For those who have a job and a stable income, mortgage refinance may turn out to be an opportunity to free up the cash tied up in home equity. The potentially lower interest rate would be a great bonus too.
Switching to survival mode
According to Musa, “Now is the time to cut all extra spending, stick to the bare necessities and switch to survival mode. Your priority should be to cover groceries, medicines and the essentials. If you have lost your job or received a major salary reduction, speak to your creditors, landlord, telecom operator and others about how they can help you cut your regular monthly expenses in terms of installments, rent and phone bills. And finally, remind yourself that this isn’t forever, and you will see better days soon. For those who have an emergency savings fund to fall back on, it is important that you do not deplete your savings completely. No one can really say how long the crisis and ensuing financial turmoil will last, so you need to cut back and stretch every dirham to make it last longer.”
Savings by default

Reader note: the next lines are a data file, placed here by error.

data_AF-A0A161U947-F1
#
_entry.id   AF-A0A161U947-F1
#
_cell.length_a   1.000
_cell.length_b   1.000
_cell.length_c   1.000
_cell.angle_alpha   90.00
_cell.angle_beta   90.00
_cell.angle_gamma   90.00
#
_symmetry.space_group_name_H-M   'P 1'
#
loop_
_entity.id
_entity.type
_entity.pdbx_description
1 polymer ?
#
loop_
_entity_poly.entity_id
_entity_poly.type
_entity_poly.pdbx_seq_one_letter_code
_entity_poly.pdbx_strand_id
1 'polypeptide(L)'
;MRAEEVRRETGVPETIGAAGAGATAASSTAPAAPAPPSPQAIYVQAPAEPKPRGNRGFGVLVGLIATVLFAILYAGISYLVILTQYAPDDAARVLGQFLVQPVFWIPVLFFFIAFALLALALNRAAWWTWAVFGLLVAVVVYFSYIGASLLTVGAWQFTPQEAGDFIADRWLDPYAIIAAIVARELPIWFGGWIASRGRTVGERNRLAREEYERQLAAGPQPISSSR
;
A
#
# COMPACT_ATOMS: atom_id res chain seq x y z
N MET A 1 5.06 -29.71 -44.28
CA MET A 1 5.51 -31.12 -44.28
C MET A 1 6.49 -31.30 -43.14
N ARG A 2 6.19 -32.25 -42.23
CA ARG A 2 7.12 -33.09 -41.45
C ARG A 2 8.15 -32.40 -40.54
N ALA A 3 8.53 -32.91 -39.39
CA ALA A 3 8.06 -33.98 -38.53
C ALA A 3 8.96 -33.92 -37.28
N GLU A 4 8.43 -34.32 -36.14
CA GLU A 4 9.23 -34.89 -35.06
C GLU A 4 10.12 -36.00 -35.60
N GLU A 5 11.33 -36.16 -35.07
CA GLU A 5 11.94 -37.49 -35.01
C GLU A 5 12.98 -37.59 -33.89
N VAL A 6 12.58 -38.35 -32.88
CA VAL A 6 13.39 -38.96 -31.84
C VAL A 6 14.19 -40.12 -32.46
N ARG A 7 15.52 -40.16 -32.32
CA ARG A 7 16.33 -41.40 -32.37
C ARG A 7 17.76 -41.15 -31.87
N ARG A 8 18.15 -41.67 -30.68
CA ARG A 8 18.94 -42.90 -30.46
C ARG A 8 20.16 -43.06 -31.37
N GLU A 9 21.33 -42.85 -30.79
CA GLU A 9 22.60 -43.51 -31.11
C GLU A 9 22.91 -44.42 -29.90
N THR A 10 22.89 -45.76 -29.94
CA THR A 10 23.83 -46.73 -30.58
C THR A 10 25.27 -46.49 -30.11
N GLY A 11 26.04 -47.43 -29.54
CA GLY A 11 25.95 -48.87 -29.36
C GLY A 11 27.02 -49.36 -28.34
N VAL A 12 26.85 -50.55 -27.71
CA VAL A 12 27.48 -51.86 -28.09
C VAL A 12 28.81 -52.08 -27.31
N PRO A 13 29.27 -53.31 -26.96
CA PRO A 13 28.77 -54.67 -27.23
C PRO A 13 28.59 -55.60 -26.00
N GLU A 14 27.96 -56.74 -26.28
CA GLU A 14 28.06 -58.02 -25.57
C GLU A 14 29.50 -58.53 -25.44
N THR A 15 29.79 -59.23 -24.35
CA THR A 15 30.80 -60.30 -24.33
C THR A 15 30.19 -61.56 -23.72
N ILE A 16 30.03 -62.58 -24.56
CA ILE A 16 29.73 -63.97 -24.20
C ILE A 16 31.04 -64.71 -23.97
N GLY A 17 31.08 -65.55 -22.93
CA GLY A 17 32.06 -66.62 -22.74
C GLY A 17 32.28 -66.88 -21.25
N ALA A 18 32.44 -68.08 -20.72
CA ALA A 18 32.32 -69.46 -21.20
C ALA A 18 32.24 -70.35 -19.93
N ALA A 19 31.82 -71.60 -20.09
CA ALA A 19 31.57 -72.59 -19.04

Dubai-based Sandi Saksena has always been an advocate for downsizing. Long before coronavirus came about, the Indian social butterfly who once fell on hard times survived, even made unlikely gains, in the face of personal adversity.
The former housewife, who has turned into a financial adviser and empowerment officer over the years, says disruptive as the coronavirus outbreak has been, it has also presented itself with opportunities where people can actually save money.
As she points out, the stay-at-home regime has by default meant people can save on what was once considered a must-do, whether it was commuting, eating out, a movie date, shopping, a gym membership, a beauty salon, gifting, a celebration or a vacation.
“The business model has changed for everyone, whether you still have a job or not, whether you are an employee or employer, or whether you have to make do with a lower income. Don’t cling on to something that doesn’t work now. Take stock of your situation. You will be surprised that the savings accrued from the things you once freely spent on can now be stretched to meet your essentials,” she said.
Time to get real
Saksena said debt-ridden residents must waste no time and negotiate with their banks to defer repayments.
“They are not alone, the key is to get proactive and buy some time. I also tell people to use time, which they have aplenty on their hands now, to hone their skills and see what more they can do to become employable in the future. This is not far-fetched. I’ve been there, done that,” said Saksena, who dealt with a debilitating job loss in the family, by landing her first job only at the age of 44.
“This was after a series of rejections, but I was determined to get the family out of a debt trap and bounce back. You just have to step up and not feel victimised. It’s not the time to keep up appearances, but to just get real,” she added.